The types of network installation come in two categories: the physical setting, such as home or office, new buildings or older construction; and the scope of the network’s shared communication, such as Local Area Network, Wide Area Network, Campus Area Network, etc.
In this blog, we’ll take a quick look at each of these two categories to help you find out how your location and network scope will affect your network installation.
Physical setting and network installation
Network installation in building
In other blogs, we’ve touched on the importance of cabling in network installation. Cables form the backbone of a wired network, and so the first question that arises in network installation is how easy or difficult it will be to put the cables in place.
Older buildings typically present more obstacles for network cable installation than newer buildings do. This is because many older buildings were built before wired Ethernet networks became commonplace, and so they don’t have the design features–hollow walls, drop ceilings, and so on.–that newer buildings do to accommodate cables. It’s not impossible to install cable in older buildings, but it may take special tools, small-scale renovations (such as cutting holes to pass cable through), and a longer timeline. These kinds of installations are best done by experts who have experience in older-building installations.
Often, the best time to install a network is when a structure is actually being built, or even when construction has been completed but no furniture or equipment is in place. This allows you or a network installation engineer to install hardware like cables and wall plates with ease since the walls are not totally closed off, and there is no furniture, printers, or machinery to get in the way.
However, network installations can also be done in fully functional, operational places of business. In this case, it’s important to plan out your network design and installation plan beforehand, and carefully time the disruption, so that the installation can proceed without any problems or delays that might inconvenience the business further.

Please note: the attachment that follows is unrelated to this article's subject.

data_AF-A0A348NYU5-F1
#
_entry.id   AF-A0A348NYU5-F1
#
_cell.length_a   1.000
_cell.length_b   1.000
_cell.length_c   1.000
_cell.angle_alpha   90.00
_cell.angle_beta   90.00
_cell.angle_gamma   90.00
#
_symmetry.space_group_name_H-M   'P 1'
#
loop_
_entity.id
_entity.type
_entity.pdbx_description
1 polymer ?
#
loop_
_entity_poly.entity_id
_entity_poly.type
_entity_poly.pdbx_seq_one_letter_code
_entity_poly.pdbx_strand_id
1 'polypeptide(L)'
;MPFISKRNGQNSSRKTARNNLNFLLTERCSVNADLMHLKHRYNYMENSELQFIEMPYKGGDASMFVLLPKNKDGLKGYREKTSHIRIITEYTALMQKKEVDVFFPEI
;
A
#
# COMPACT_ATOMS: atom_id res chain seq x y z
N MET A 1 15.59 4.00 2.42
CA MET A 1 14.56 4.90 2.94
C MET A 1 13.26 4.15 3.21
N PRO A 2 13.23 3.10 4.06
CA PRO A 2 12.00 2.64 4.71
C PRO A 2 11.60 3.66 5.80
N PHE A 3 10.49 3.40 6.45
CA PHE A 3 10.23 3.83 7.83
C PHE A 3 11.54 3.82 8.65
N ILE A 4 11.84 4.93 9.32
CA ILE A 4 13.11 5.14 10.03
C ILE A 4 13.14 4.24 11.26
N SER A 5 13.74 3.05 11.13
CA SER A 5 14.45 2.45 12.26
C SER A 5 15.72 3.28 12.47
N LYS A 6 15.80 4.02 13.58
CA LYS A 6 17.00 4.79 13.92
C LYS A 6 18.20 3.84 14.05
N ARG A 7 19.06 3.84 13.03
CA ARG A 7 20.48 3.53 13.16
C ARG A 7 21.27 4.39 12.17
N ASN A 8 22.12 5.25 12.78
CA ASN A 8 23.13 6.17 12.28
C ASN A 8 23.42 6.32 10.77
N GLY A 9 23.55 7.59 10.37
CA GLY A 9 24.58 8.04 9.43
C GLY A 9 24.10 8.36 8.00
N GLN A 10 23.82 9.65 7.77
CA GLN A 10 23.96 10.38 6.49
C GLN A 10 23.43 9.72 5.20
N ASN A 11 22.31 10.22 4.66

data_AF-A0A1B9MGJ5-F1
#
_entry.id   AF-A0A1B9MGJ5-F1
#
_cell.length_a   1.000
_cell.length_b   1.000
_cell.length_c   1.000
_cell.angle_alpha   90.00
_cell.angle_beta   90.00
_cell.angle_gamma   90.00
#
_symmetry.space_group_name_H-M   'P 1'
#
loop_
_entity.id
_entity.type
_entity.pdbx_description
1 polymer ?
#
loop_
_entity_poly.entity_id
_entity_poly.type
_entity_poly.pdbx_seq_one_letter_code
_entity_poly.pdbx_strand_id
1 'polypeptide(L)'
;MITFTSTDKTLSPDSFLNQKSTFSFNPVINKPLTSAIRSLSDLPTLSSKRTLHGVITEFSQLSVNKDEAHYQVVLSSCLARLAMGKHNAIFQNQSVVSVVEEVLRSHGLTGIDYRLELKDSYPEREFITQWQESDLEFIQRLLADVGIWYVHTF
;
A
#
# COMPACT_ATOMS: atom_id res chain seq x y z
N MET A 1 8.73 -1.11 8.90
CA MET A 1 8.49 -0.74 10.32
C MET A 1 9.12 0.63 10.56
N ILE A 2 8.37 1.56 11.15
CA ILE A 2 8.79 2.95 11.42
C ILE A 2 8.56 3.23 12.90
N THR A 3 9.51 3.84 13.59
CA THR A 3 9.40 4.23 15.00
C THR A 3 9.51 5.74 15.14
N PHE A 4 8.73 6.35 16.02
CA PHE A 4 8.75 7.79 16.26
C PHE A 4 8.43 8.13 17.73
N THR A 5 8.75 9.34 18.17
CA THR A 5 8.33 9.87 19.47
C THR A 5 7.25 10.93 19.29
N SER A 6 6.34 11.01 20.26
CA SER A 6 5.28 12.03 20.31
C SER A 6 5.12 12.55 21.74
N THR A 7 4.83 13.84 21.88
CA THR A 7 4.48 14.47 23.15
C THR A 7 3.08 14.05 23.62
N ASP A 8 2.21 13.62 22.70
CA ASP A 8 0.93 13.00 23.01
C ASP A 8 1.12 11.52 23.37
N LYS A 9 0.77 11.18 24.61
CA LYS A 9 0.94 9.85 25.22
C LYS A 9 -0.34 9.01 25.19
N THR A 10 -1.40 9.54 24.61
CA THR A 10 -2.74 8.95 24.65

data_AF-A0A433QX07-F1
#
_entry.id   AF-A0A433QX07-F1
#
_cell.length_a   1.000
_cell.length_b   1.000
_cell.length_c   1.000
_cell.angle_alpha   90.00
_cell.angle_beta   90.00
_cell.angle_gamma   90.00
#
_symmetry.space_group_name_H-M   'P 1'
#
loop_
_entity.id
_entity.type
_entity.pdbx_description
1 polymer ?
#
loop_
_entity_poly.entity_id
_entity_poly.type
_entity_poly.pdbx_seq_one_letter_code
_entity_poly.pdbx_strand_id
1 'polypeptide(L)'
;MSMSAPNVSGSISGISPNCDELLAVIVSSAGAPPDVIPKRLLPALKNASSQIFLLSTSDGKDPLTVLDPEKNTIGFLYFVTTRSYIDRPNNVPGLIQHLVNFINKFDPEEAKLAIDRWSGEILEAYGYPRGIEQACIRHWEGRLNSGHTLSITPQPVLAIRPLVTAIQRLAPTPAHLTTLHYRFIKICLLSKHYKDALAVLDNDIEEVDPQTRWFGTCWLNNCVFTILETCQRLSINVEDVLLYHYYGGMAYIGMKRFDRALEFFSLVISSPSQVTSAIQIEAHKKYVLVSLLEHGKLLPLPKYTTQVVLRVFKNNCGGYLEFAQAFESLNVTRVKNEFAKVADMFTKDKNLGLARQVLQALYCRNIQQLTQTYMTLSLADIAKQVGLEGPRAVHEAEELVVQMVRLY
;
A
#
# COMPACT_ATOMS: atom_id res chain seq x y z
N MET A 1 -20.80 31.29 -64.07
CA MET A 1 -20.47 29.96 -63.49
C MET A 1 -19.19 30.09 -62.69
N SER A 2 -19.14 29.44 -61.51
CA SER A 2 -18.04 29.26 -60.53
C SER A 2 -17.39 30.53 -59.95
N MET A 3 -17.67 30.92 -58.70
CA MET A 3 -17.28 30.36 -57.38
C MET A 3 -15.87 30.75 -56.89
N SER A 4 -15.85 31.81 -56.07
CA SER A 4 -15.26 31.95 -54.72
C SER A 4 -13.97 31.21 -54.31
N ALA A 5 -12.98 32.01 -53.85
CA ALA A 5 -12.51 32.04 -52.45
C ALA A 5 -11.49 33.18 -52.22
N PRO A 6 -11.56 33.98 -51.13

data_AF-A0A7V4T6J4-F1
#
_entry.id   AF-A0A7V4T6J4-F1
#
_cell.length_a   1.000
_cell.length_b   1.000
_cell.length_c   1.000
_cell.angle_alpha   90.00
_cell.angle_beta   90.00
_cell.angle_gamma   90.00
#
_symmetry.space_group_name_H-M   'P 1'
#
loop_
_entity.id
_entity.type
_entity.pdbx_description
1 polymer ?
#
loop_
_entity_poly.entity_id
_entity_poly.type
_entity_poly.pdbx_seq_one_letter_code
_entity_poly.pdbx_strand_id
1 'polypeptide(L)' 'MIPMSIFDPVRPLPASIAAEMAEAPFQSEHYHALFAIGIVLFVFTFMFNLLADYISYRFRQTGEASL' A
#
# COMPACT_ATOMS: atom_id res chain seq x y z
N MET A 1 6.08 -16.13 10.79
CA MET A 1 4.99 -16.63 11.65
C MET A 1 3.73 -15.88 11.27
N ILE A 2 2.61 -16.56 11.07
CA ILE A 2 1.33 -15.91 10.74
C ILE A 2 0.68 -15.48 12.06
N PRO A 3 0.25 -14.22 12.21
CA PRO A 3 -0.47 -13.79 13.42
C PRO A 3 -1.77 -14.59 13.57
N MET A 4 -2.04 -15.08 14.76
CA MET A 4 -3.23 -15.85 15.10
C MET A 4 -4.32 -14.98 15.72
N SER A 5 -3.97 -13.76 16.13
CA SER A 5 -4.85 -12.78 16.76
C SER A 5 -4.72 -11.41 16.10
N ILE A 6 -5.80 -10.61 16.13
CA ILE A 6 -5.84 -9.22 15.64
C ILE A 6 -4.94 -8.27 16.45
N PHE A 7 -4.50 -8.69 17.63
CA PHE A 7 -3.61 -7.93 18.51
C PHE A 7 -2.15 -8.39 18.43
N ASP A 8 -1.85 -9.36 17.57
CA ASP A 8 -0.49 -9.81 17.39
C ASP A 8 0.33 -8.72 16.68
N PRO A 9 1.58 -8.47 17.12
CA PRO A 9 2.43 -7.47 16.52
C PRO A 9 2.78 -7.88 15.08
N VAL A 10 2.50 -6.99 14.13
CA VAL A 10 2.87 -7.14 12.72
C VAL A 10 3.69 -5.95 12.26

But what about network installations in a residential building?
Network installation at home
Network installations at home are increasingly common as remote work and freelancing are changing the landscape of the workplace. A wired home network often provides a better working experience than a wireless network:
- More stable connection
- Wider bandwidth for file exchange, video conferencing
- Less lag or downtime
- Better network security
Home network installations are generally on a smaller scale than commercial installation: the typical home installation connects a server to data ports in one to four rooms. There is a certain amount of disruption, but because the scale of the project is small in comparison to most networks, this type of installation is relatively quick and easy.
You can also add a Wi-Fi booster onto a wired network, which then makes it possible to wirelessly link tablets, laptops, and Internet of Things devices into your wired home network.
Regardless of the age or type of building that the installation takes place in, networks for business and homes come in different forms depending on their objectives and design. We’ll talk about these in the second half of the article.